Bryan Penberthy



Bryan Penberthy



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Bryan Penberthy was raised near Leavenworth, Kansas, and currently lives in Charleston, South Carolina. In 2000, while an undergraduate at Kansas State University, he was selected as an Associated Writing Programs (AWP) Intro Award winner in poetry. He also received the Lamb Memorial Scholarship from KSU, given every two years to the outstanding student in the creative writing department. In 2003 Penberthy completed an MFA at Purdue University, where he received the Leonard Neufeldt Award for his work. During his time at Purdue, he served as Poetry Editor for Sycamore Review.

Penberthy's first book, Lucktown, won the National Poetry Review book prize and will be published in 2007.  His poetry has appeared in many journals, including Crazyhorse, ACM, West Branch, Bat City Review, and River Styx, and has appeared online in Blackbird and Verse Daily.

For more information, visit: www.losttimepoetry.com


Places like this aren’t invented.

The cold, industrial polish of this city

skews light, and what it reflects


it returns badly. Splitting the landscape,

an obsidian river carves

silhouettes of brush and rocks, banks strewn with mica


and quartz shards, pale smoke frozen

in crystal. A storm-split oak arcs into

bridge-lit water, a coral


reef suspended in dandelion wine. The trees

and half-illuminated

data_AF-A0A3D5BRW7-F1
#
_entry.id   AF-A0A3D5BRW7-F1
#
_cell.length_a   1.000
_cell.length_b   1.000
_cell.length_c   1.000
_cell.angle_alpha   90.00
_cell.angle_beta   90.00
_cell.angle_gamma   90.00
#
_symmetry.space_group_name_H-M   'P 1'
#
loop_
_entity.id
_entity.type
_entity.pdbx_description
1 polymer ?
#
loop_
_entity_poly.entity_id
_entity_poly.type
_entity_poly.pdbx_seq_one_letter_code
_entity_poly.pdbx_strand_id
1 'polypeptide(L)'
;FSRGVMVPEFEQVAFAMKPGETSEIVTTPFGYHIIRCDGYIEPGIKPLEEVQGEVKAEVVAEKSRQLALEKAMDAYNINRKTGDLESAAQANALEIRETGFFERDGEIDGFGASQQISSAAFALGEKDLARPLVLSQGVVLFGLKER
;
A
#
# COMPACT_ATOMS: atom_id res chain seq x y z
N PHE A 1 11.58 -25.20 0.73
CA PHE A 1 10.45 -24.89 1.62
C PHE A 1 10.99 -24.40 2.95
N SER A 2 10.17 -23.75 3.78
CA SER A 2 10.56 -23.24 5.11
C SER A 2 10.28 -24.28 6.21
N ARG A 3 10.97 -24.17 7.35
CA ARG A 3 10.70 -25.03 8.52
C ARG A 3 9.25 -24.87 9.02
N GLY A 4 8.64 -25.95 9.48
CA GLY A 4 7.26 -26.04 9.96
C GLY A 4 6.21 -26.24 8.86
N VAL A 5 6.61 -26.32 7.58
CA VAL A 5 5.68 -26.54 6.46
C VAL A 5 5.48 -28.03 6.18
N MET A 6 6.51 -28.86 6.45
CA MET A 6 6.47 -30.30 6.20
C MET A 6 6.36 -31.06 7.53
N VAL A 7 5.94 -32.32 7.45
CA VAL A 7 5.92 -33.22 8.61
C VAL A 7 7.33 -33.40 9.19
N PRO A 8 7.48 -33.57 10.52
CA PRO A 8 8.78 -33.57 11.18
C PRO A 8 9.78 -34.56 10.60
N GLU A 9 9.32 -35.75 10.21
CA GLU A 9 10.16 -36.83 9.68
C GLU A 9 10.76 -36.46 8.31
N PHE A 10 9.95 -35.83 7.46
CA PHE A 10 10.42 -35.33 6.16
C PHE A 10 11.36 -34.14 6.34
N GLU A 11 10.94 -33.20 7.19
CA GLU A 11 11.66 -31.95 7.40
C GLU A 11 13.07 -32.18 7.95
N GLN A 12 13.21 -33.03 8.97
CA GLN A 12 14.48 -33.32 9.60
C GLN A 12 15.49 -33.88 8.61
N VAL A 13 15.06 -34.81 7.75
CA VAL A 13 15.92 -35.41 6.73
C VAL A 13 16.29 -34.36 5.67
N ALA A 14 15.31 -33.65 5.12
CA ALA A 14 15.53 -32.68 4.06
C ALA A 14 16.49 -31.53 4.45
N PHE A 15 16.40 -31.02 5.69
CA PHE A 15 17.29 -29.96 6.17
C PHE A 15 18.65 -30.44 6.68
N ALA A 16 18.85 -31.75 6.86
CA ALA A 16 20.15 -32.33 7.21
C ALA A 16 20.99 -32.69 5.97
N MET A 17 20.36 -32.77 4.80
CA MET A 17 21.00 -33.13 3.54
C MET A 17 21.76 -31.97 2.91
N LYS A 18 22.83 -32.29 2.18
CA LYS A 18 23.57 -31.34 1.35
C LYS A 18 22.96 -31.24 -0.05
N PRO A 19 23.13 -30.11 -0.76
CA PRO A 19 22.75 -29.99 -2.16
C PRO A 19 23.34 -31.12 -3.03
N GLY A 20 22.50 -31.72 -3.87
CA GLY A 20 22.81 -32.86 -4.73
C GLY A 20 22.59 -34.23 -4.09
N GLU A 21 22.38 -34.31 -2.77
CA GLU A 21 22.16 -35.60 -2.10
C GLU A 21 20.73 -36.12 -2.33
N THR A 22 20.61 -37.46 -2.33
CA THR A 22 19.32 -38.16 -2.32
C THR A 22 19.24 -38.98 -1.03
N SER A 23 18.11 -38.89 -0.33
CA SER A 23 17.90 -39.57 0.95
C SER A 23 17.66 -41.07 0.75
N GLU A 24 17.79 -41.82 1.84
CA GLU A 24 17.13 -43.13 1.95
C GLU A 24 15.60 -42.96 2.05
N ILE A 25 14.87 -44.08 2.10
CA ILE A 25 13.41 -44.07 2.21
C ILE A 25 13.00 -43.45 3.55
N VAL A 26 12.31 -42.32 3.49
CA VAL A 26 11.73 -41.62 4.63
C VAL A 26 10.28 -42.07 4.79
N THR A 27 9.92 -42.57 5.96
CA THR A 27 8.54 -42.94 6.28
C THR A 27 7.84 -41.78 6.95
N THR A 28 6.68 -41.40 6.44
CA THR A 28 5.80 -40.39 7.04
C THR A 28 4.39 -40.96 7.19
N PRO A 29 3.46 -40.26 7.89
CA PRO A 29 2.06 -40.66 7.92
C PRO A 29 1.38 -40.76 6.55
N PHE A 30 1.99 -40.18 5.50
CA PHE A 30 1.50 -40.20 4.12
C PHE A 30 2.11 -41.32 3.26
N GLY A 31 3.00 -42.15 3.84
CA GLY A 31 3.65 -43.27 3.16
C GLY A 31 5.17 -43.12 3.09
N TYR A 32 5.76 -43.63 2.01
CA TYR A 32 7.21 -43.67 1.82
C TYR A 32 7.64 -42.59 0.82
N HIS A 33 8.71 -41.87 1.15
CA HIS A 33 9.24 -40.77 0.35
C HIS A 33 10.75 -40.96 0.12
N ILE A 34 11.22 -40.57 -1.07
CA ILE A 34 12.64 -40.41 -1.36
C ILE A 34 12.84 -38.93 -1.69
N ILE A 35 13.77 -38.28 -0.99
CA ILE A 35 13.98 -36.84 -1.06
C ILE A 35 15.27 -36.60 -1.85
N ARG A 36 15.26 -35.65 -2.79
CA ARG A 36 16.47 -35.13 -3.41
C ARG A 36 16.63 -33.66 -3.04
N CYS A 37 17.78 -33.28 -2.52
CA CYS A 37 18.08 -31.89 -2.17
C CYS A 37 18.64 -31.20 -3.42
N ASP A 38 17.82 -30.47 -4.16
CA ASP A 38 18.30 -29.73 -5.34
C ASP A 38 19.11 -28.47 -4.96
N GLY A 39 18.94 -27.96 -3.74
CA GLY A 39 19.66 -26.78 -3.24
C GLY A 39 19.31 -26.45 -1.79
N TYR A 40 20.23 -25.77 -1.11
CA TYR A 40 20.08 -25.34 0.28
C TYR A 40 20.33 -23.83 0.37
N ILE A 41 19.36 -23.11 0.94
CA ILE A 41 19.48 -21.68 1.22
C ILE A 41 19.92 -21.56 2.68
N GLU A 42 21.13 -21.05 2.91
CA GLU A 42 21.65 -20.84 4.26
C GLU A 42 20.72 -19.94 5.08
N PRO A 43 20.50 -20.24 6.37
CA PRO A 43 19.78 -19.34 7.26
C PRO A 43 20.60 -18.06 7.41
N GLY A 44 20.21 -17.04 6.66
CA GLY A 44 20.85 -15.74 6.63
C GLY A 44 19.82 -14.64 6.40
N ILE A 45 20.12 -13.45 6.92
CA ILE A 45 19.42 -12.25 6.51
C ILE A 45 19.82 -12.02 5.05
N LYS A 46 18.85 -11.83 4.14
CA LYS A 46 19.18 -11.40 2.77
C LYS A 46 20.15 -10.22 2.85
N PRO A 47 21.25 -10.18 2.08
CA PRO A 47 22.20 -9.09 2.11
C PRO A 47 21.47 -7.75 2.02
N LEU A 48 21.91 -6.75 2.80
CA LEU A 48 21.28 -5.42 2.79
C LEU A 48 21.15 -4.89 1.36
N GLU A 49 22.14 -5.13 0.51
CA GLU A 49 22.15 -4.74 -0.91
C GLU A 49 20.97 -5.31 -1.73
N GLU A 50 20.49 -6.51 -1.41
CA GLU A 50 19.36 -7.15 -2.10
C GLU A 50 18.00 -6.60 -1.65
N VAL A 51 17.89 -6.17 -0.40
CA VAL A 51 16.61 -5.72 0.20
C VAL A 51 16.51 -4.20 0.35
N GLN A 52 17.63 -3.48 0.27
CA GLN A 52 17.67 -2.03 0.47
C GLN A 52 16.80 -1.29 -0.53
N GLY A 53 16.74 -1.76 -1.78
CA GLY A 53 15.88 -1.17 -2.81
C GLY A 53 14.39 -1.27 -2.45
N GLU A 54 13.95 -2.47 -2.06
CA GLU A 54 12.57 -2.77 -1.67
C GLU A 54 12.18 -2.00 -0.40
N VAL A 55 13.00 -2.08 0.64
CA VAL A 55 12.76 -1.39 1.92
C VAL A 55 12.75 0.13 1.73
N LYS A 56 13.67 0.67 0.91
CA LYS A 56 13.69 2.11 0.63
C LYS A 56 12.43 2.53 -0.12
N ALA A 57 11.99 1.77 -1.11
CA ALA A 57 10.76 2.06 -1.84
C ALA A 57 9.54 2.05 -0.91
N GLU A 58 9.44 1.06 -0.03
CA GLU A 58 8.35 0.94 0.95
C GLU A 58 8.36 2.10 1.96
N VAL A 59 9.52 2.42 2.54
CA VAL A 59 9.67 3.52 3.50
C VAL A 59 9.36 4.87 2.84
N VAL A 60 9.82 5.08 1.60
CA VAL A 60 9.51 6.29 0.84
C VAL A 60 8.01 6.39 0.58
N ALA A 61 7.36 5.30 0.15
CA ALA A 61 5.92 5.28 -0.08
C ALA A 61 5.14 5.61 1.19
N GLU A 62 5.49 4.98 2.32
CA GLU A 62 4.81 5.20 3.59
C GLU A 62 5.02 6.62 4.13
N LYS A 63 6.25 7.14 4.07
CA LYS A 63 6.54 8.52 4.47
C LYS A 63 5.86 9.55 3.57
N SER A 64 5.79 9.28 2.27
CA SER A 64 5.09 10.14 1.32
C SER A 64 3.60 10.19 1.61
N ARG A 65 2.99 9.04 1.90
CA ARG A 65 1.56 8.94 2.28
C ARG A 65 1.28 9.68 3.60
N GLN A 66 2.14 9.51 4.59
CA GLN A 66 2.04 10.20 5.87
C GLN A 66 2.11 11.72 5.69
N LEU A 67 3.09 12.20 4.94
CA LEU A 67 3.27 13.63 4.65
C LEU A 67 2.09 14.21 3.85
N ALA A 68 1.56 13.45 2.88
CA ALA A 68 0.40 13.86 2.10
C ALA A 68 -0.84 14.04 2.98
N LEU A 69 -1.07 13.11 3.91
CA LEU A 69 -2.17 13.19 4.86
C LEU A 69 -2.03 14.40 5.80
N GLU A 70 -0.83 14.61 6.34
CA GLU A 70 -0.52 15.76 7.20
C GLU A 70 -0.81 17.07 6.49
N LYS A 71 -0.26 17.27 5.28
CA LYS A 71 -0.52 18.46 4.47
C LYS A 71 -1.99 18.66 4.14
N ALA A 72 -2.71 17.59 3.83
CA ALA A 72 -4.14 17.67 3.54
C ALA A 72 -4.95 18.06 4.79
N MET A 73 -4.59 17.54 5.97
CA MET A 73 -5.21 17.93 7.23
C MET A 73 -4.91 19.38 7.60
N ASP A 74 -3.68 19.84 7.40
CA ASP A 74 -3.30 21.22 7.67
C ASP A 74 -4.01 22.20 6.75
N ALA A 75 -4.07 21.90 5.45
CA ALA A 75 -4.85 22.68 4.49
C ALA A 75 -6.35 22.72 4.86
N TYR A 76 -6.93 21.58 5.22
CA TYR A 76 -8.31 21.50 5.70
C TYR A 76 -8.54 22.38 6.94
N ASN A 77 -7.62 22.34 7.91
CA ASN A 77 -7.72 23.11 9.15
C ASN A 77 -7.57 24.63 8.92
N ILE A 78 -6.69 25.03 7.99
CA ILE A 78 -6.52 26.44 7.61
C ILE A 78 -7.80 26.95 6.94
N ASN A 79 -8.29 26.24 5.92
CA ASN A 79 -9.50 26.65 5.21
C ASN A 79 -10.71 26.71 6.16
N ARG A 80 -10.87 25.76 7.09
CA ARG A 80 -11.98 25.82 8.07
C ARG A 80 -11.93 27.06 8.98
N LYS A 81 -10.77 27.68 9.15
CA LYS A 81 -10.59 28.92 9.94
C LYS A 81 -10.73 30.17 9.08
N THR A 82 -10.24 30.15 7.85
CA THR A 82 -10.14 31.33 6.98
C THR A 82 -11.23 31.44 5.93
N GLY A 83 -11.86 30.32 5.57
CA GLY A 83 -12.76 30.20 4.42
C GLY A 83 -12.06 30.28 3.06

buildings seem submerged.


I know so little

about things that matter. How

to be a good man. Why rivers are constantly


moving, apparently toward

ends that mean completion. Whether, drinking

their waters, I would forget


these twilights—the smell of wet brick and broken pines,

indigo and sapphire-troubled

skies—or drown. My distracted heart beats codes


I’m unable to translate.

The only ritual I know how to perform

is rubbing the sleep from my eyes.




Big Sky Dust Jamboree
The frying pan girls are dancing

on the splintered steps of the bandstand,

thin fingers gesturing at rain.

They are overflowing

with wet smiles.


Some kids stroke the smooth back

of a drowned rat with branches,

pushing it against the swamped

gutter drain, to which it

sticks like a promise.


Out past the paper mill,

the river is still receding,

clogged with the white mass

of clotting pulp which worms

southward, away from

the drowned place.


We have never felt

so quiet.





How We Breathe


Cloud-scrimmed Kansas,

dogwood near my window—shadows in the branches move and fall

in unpredictable sweeps,


slipping the weight of rain. Yesterday’s storm flooded our streets,

gutterwash cresting sidewalks

and pouring through the muddy access roads I drove looking


for you. A shroud

of willow branches sway and fade against the sky’s elliptic blue

dusk. All cloud is still.


Fireflies catch in the leaves, their phosphorescent messages

shorting out, breathing

in their way. Watching, I can almost remember how we kept our lungs filling,


giving in to instinct,

to the thousand cages that memory and its cracked bottles

full of hand-built galleons, offer.

All poetry on this page
© b
y Bryan Penberthy, 2007 


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